• Zack Greinke (2015) — 6 years, $206.5M
  • Justin Verlander (2019) — 2 years, $66M

Whether it’s a long-term deal or just for two or three seasons, the going rate for an ace-level starting pitcher is around $30 million per season… and rising fast (as you can see by Strasburg and Cole’s $35+ AAV contracts signed this past winter). The Braves would be extremely wise to get out in front of Soroka’s free agency (even his arbitration years) and settle for a much more team-friendly deal, or at least one that won’t require a fifth of their yearly payroll.

At this point, Soroka is slated to be a 27-year-old free agent entering the 2025 season, and just like several months ago — when we last looked at his case for an extension — formal talks have yet to take place between him and the Braves. However, the earlier, the better… perhaps even more so for a guy in Soroka’s unique position.

With the 2020 season on hold, the Canadian’s breakout 2019 season is still fresh on everyone’s minds, perhaps even regardless of whether or not an MLB season takes place this year. To put it bluntly: the hype regarding Soroka isn’t going anywhere anytime soon, and fortunately, he is still young enough to cash in on his already ace-like performance without hindering his ability to earn another big payday down the road. Therefore, the Braves should pounce on such an ideal timeline and lockup the right-hander right away.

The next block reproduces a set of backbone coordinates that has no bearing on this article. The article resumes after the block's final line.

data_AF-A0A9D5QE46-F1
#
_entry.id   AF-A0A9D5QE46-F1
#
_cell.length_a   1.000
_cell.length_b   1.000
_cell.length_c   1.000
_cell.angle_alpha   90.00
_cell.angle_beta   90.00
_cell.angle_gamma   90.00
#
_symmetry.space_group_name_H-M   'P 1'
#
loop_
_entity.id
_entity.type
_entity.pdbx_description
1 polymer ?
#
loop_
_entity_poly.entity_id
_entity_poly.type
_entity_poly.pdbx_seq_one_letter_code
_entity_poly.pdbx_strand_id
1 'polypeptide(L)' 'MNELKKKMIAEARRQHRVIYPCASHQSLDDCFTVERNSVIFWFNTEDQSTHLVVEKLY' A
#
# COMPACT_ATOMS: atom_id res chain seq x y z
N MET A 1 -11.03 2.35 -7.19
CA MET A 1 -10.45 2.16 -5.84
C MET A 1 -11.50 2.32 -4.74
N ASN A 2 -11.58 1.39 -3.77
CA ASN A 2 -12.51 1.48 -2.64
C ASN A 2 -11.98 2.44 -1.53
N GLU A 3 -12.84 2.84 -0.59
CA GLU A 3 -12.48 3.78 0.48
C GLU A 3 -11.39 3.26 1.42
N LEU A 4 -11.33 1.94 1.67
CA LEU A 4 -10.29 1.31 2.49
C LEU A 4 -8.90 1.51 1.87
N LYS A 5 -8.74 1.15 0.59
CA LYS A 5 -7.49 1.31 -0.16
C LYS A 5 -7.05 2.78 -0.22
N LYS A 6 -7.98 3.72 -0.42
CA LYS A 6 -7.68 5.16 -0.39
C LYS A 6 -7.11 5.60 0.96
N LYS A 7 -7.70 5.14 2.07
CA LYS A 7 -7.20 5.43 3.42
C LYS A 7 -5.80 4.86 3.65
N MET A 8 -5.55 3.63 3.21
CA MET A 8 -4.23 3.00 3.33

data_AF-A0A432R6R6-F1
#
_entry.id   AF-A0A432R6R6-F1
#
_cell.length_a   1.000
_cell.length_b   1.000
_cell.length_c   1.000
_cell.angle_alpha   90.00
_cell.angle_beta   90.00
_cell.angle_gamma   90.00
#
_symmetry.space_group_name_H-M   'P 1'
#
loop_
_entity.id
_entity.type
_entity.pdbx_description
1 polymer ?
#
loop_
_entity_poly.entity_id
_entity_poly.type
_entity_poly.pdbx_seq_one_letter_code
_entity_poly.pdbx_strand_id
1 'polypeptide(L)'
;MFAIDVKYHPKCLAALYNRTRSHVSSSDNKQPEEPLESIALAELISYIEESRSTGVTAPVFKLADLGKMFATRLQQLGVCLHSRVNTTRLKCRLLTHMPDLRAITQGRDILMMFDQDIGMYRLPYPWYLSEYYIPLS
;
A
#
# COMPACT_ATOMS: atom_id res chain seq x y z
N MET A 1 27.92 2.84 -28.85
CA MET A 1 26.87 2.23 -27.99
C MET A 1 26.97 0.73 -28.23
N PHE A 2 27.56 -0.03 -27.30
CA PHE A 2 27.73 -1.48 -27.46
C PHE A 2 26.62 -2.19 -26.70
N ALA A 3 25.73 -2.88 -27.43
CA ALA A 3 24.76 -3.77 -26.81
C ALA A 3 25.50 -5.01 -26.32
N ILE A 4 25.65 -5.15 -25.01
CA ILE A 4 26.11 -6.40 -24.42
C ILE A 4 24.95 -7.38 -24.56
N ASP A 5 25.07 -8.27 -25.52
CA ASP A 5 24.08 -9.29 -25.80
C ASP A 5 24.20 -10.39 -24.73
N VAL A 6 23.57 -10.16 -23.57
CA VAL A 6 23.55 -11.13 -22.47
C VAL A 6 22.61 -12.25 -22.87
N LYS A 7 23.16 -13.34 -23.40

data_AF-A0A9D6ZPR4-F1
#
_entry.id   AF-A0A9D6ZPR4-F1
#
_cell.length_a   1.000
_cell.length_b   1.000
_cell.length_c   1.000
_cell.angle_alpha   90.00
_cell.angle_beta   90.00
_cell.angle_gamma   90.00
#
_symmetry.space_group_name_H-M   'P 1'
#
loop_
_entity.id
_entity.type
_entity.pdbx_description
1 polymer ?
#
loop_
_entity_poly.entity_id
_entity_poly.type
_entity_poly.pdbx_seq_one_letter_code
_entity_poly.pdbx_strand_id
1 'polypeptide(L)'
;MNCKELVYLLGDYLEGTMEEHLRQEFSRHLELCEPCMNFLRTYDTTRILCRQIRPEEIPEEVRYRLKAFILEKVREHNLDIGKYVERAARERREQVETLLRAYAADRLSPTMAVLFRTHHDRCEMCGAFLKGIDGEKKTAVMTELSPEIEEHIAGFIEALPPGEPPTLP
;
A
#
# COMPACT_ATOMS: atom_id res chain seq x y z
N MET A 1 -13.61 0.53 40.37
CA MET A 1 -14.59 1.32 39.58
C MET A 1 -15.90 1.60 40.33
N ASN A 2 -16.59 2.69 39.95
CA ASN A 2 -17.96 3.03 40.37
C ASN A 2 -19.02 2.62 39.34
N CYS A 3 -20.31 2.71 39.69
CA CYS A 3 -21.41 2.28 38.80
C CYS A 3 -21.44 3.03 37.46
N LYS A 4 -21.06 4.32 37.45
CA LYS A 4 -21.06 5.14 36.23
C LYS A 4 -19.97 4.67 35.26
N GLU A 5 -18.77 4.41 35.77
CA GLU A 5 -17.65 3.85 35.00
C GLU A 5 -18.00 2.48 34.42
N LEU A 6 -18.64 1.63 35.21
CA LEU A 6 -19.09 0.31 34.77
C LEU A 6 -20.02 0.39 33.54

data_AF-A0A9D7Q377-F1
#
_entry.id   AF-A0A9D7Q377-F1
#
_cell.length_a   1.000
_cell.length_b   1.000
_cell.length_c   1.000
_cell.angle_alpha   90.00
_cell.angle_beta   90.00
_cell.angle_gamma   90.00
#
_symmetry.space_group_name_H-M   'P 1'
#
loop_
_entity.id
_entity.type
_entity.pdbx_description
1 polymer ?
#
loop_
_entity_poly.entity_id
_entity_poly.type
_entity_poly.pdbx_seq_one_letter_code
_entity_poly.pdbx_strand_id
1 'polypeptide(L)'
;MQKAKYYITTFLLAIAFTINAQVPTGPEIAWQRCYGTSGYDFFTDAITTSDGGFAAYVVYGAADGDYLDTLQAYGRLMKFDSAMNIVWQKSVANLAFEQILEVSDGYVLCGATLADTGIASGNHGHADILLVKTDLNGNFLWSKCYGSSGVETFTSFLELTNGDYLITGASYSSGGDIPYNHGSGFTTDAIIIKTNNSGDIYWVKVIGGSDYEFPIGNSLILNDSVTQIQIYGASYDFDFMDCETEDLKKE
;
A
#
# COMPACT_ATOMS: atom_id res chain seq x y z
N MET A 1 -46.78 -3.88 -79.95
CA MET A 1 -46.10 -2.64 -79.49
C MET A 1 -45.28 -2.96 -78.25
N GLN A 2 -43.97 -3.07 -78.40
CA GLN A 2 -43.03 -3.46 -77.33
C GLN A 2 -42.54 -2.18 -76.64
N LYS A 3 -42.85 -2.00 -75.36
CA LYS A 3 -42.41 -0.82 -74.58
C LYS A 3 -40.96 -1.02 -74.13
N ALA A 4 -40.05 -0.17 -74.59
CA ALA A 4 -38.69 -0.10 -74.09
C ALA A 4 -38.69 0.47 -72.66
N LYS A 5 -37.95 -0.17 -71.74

Back when I first looked at a possible extension for Soroka, I comped his circumstances to that of Blake Snell, who signed a 5-year, $50 million deal in 2018 (granted, right after winning an AL Cy Young award), and Chris Archer’s from 2014 (6 years, $25.5 million). I still think those two deals are both applicable now. However, the financial impact from the current COVID-19 outbreak will cause several teams to perhaps take a closer look when it comes to handing their pre-arb players tens of millions of dollars (and we already know how stingy Liberty Media can be, despite how pleased we’ve been with their spending habits this past offseason).

Although, it all comes down to the aforementioned plan. What kind of core do the Braves want to carry forward? If this hypothetical “core” doesn’t include Soroka, then contingency plans will need to be made to bring in the caliber of pitching required to continue as contenders, while also staying within the limited margins of the team’s recent annual payrolls. Although, to me, it’s simple, especially given what the Braves currently have in Soroka… and even Max Fried. Pay the man and solidify your starting rotation for at least the next 5-7 seasons, providing a young pitching staff to go along with the guarantee of having stars like Ronald Acuna and Ozzie Albies for the next decade.

It’s that simple, right?

Next week we’ll look at Extension Candidate no. 2…

What do you guys think? Let us know your list of players the Braves should extend, ordered from top priority to lowest priority.